Draft Watch: Getting to know those ranked in the late 20sMay 28, 2012, by
It’s official, the New York Rangers will draft at #28 on June 22. Sure, all the top talent will be gone, but there are always gems to find in the late rounds. After all Chris Kreider was drafted in the early 20s, and the Rangers organization has proven time and time again that they are great at finding players who are talented and intelligent. Don’t forget that all our draft analysis can be found on our Draft Coverage page.
Position: D Height: 6’2″ Weight: 198
The first thing that most scouts say about Maatta is that he is very well rounded. He doesn’t necessarily excel at any facet of the game, but he has no real weaknesses either. Basically, he’s just one of your well rounded defensemen who has tremendous hockey IQ and positioning skills. Generally those go hand-in-hand, but for a guy like Maatta, it’s his greatest strength. He is capable of carrying the puck up the ice and starting the rush, and is also capable of getting back and playing solid defense in his own zone.
Maatta is not the guy that’s going to throw a big hit to remove player from puck, but he does use his body enough to stymie the rush. I hate making comparisons, but his overall game is reminiscent of Dan Girardi’s game, without the 5,000 blocked shots.
Position: G Height: 6’2″ Weight: 183
It is incredibly unlikely that the Rangers go ahead and use a first round pick on a goalie. In fact, I will put it at a zero chance that the Rangers actually draft a goalie in the first round. That said, the depth in the organization at goalie isn’t exactly a strength, so they might look to address it in the second round or later. The reason why I looked at Dansk is because he is just 17 years old, and would be a bit of a project pick in terms of drafting. You never know what might happen in three or four years, so it’s always better to air on the side of caution.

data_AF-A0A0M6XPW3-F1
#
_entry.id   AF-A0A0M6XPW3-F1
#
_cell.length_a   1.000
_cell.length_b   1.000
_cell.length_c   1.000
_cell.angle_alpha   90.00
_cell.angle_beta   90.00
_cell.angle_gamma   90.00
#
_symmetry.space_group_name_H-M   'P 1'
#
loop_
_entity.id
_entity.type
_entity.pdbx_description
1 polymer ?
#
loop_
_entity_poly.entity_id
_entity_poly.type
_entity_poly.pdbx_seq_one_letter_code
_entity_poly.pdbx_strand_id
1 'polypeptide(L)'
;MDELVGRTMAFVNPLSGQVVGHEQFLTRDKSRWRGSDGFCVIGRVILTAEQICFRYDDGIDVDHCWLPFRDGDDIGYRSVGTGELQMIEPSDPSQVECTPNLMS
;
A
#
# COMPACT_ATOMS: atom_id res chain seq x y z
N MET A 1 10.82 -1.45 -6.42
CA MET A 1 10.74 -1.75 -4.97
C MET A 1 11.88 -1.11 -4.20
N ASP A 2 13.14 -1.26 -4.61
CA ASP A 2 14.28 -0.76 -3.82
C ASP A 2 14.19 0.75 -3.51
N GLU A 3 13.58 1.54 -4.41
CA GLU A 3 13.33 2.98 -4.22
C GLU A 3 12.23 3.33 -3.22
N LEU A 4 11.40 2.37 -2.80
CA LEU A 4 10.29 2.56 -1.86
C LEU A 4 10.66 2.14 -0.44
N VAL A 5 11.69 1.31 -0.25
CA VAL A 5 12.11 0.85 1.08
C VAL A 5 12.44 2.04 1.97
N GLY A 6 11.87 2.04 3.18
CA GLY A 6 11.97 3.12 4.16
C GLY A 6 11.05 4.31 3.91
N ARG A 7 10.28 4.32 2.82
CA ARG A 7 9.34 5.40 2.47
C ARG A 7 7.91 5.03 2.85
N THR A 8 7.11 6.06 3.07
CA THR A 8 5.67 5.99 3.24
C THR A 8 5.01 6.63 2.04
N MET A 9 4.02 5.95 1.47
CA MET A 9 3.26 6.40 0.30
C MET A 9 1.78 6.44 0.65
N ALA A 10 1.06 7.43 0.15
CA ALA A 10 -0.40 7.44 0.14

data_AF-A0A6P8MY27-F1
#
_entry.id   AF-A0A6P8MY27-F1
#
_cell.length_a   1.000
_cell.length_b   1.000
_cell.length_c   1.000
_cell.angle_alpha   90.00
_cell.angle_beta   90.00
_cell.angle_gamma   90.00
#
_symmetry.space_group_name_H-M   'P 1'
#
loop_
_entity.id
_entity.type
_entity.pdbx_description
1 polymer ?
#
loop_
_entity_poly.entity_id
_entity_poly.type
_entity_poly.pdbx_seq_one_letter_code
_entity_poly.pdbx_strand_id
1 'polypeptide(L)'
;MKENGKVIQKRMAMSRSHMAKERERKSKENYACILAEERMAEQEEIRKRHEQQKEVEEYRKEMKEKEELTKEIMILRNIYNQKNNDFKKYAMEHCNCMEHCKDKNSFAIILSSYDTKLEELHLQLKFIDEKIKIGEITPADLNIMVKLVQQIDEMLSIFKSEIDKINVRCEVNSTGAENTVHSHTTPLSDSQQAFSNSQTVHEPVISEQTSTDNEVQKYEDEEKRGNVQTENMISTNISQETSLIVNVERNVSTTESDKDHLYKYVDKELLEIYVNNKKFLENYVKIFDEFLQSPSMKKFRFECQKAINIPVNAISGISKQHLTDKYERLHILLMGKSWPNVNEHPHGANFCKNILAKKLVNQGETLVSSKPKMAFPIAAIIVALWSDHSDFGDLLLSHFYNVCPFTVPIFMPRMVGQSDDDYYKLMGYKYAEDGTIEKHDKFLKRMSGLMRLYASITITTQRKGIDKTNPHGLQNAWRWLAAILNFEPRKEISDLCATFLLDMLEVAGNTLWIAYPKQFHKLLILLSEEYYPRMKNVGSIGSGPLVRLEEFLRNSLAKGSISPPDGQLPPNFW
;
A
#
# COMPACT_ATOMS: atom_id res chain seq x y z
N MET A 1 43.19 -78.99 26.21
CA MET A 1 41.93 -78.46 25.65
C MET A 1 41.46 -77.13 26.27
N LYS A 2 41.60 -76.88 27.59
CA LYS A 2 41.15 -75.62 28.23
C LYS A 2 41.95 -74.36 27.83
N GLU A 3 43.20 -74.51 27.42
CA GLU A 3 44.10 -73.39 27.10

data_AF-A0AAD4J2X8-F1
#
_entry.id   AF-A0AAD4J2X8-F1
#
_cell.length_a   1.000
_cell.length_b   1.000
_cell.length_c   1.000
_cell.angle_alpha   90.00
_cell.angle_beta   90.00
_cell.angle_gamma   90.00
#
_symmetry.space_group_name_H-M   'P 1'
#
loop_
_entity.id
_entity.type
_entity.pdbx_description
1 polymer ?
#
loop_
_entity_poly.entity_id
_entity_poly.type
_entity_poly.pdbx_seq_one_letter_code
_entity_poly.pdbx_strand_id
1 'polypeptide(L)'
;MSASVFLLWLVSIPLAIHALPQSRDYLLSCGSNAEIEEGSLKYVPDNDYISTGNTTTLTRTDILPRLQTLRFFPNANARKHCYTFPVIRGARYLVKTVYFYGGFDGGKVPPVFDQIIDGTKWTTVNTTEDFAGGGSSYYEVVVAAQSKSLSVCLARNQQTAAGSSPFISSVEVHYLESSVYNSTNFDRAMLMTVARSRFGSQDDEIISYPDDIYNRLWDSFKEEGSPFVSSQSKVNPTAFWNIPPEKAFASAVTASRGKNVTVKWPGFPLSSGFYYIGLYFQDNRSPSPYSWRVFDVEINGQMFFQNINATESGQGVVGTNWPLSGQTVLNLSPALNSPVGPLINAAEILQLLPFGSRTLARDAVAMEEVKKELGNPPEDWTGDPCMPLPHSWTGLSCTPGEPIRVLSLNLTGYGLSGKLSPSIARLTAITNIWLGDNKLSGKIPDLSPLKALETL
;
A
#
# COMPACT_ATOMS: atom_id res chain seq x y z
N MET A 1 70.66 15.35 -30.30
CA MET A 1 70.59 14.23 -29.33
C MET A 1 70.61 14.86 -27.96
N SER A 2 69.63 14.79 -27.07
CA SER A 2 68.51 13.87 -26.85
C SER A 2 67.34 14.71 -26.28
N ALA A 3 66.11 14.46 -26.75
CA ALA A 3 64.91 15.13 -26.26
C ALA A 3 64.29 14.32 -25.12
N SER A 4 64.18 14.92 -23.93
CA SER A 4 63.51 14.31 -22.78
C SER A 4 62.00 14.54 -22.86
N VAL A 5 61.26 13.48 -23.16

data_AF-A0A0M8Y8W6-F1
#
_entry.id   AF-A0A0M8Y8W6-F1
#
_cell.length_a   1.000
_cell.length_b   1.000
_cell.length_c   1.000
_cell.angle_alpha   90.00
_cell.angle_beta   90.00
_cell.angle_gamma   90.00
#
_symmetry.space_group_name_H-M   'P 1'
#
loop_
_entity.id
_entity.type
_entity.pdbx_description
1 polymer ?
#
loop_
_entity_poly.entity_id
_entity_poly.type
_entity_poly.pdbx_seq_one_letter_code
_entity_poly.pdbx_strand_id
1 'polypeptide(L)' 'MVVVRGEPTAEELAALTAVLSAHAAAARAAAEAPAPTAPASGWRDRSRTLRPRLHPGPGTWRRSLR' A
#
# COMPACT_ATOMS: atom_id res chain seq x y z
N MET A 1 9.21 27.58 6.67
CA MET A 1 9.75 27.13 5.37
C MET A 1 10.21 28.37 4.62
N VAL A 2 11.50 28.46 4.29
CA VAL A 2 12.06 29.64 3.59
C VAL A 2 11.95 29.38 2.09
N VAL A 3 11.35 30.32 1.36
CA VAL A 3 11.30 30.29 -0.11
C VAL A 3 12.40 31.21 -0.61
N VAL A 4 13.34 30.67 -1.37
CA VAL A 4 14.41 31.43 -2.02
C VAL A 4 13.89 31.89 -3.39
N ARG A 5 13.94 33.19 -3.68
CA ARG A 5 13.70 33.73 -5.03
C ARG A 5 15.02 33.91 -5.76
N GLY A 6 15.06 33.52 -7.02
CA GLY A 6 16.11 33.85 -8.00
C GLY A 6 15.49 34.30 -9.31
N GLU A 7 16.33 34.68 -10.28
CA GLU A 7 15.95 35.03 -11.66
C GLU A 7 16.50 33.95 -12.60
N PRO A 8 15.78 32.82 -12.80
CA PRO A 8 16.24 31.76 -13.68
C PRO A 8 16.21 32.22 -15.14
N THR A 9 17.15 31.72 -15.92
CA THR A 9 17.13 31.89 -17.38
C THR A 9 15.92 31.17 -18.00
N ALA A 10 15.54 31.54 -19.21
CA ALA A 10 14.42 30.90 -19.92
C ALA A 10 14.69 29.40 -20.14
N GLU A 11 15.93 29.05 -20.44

Dansk is actually considered to be the top goalie in this year’s draft, and considering he’s ranked in the 30s, that speaks volumes about the depth of the goalie pool this year. There isn’t much on Dansk available, as he plays in the Swedish Elite League, but his numbers appear to be very good. Bill Placzek of Draftsite.com had this to say about him:
Cool, quick-legged, butterfly goalie who displays strong positioning, good balance, and has size to the top of the net. The top goalie available from Sweden. Lets the play come to him, anticipates well, and is pretty agile, so he recovers well. Very sharp and in control during games and forces shooters to commit by being more patient than they are. Gives few rebounds and has great feet to reposition himself quickly.
Drafting goalies is a tricky business (see: Montoya, Al; Lundqvist, Henrik), so it’s important to recognize skill as opposed to numbers. Placzek had good things to say, but that’s only one scout.
Position: D Height: 6’3″ Weight: 200
Skjei is one big dude. Generally bigger defensemen aren’t the best of skaters, but Skjei is not in that mold. He is incredibly mobile which makes him a threat in all three zones. He is one of the rare defensemen that has the size and quickness to force turnovers and transition quickly for a counter attack. With foot speed comes an ability to cover for himself if he gets caught transitioning to offense a bit too quickly. The appeal of a guy like Skjei is that he has tremendous potential if he can harness the offensive side of his game. Defensively, he’s superb.
The drawback on Skjei is that most scouts agree he is incredibly raw at the moment. That’s not necessarily a bad thing, but it makes him more of a project and less of a sure thing. Of course projects with high potential like Skjei can lead to very productive NHL players if they meet that potential. Skjei appears to be a bit of a high risk, high reward type of pick.